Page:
Pet Shop Boys – Electric

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I’ve always had a soft spot for the . Some of my earliest musical memories include hearing West End Girls on the radio and seeing the video for Suburbia on TV. While their mainstream popularity seems to have waned somewhat in recent years, their music continues to excite, while their influence is markedly evident across the dance music world – , , – all duos that like to play around with electronic music, clever lyrics and iconic imagery.

Coming less than twelve months after the comparatively subdued and introspective Elysium, the dance floor rhythms, pulsating synths and overall euphoric vibe of Electric seem to signal some kind of rebirth for the duo. While every new PSB album always inverts the stylistic tendencies displayed on the preceding record, and so such a shift shouldn’t come as a surprise, the record’s energy and the fact this album is the first on their own x2 label indicate Neil Tennant and Chris Lowe have stumbled upon a fountain of vigour, freshness and inspiration. Stuart Price is on board as producer, and as he did with Madonna and the Scissor Sisters, he’s steered the Pet Shop Boys directly (back) to the centre of the dance floor.

With only nine tracks, there’s certainly not an over-abundance of material. But with most of these clocking in at 5+ minutes, there’s lots of music to sink your teeth into. It’s also most definitely a case of quality over quantity. The album’s disco foundations are made starkly apparent from the outset, with the Moroder-inspired Axis rattling along on layers of recognisably-Pet Shop Boys widescreen synths, and it’s a lyrically sparse assertive statement of intent, Tennant imploring us to “feel the power” and “turn it on”. Bolshy deceptively starts off as a bouncing, nursery rhyme-esque delight, gradually moving into darker and more sinister electro territory.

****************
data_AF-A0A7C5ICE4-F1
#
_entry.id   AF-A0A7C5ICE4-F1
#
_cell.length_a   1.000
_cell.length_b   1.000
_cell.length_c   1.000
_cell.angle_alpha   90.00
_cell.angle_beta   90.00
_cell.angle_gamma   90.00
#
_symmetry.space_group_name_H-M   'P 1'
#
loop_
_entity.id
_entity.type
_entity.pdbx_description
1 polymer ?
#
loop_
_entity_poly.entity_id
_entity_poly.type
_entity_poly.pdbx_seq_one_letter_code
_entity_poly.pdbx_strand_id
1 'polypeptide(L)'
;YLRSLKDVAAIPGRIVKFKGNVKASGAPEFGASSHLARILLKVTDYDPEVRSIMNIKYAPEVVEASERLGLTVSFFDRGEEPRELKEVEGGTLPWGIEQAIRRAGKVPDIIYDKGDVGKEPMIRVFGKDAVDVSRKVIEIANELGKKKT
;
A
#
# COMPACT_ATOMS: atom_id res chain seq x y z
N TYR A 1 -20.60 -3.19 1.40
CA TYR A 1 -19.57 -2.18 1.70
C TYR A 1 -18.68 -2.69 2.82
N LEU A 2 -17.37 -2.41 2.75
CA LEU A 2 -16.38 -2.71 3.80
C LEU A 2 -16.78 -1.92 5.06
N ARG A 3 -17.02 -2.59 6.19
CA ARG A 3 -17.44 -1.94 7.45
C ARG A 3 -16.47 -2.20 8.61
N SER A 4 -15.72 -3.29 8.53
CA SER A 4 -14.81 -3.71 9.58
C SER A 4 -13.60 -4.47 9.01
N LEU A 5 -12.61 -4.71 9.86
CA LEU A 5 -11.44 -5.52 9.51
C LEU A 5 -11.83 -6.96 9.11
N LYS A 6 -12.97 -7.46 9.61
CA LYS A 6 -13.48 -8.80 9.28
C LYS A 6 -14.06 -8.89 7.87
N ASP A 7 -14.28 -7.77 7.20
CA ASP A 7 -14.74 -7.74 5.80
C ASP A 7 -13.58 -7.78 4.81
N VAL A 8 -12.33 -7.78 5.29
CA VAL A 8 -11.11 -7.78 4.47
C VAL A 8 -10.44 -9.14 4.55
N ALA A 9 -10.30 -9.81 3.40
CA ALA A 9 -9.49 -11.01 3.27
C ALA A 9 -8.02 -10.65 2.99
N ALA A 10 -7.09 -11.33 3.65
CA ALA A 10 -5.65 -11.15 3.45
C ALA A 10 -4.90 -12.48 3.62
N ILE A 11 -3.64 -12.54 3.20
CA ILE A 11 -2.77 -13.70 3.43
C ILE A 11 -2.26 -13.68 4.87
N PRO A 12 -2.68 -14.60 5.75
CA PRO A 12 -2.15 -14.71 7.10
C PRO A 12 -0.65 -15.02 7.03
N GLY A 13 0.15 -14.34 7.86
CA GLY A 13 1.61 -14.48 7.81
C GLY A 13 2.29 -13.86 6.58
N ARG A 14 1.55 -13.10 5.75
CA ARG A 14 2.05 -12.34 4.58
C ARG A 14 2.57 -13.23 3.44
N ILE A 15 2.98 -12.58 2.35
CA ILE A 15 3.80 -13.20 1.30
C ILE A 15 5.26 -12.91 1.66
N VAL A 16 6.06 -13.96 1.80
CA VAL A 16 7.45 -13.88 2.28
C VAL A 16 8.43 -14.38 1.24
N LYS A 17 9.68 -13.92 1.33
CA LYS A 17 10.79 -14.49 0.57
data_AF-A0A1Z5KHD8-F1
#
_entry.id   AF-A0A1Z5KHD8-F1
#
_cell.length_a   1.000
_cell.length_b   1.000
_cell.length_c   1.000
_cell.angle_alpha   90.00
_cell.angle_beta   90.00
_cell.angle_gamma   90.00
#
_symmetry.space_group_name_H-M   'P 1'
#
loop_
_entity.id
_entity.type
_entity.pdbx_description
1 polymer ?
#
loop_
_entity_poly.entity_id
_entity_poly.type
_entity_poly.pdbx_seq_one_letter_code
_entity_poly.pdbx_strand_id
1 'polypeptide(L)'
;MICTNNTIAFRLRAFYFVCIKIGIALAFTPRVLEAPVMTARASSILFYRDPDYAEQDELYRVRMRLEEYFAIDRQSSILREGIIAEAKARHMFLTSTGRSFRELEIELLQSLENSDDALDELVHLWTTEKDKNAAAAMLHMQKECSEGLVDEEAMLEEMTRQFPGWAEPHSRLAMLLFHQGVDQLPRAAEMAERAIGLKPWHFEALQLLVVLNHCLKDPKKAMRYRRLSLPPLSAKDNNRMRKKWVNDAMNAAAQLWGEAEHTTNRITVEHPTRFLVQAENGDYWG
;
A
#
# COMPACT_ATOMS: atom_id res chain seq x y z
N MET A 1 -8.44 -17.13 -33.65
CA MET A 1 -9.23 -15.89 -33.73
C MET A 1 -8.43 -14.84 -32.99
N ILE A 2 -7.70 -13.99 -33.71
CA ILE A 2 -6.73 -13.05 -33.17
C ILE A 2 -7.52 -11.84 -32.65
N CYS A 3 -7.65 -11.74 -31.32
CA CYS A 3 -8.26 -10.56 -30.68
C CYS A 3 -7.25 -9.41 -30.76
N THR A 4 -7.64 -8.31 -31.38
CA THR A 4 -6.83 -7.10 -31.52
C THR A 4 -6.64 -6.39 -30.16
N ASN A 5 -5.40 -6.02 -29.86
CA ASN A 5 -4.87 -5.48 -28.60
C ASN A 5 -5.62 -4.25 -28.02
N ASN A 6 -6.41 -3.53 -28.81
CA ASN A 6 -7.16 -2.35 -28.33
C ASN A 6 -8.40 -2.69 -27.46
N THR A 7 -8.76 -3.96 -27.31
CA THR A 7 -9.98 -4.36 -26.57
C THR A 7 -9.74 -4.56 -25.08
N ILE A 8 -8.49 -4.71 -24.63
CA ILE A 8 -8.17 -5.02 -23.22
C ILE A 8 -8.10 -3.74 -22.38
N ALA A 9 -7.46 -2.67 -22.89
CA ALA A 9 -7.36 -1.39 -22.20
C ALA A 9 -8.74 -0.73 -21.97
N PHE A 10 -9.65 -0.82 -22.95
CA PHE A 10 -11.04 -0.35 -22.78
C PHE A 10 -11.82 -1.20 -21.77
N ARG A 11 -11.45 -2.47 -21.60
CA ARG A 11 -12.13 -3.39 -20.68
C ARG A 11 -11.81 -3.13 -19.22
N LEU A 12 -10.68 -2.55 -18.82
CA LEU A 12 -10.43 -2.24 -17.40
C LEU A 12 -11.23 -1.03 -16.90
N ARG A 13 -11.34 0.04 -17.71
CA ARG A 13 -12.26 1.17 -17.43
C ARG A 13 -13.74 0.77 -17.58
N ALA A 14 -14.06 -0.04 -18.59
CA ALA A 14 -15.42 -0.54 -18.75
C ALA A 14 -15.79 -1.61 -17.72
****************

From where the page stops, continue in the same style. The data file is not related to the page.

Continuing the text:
Keeping track of Tennant’s lyrics and their broader social and cultural references has always been part of the game with the Pet Shop Boys, and on here, the flamboyantly theatrical Love is a Bourgeois Construct marries mentions of Karl Marx, “schadenfreude” and doing the housework with music sourced from Henry Purcell via Michael Nyman and a male-voice choir that recalls their cover of Go West, all wrapped up in a glistening melodic framework underpinned by a galloping house beat. It’s classic PSB and easily one of their finest moments.

Things get a little darker with the minimal electro styling of Flourescent, while Inside a Dream drips with a bubbling and hypnotic Chicago house aesthetic that manages to be both old-school and truly contemporary at the same time. The album’s sole cover comes in the form of Bruce Springsteen’s Last to Die, and transforms the gritty anti-war rage of the original into a shiny dance-pop gem. There’s an incongruity about the juxtaposition of the lyrical content with the sonic material, but as they did with their cover of U2’s Where the Streets Have No Name, the Pet Shop Boys make the track their own, in the process demonstrating their skill at harnessing the malleability of all great songs.

The rhythmic intensity and dirty synths of Shouting in the Evening see it teeter on the edge of techno, and it’s a frenetic celebration of late night hedonism that drips with incessant energy. Recalling some of the sonic trademarks of their ‘80s output, Thursday takes the pace down a little, a delicate and poised piece of pop that sees Lowe throw in a few Paninaro-style vocals alongside Tennant and a rap from Example, a combination which, perhaps surprisingly, works perfectly. Final track Vocal closes the album in suitably euphoric fashion, with epic synths and rolling beats layered under a vocal that, rather appropriately, praises the power of pop music.

Like all great albums, this leaves you wanting more. While it’s probably too late in the game for the Pet Shop Boys to reclaim any kind of widespread mainstream acclaim, Electric proves that even after thirty years, the duo are still very much at the peak of their powers. This is pop music exactly as it should be.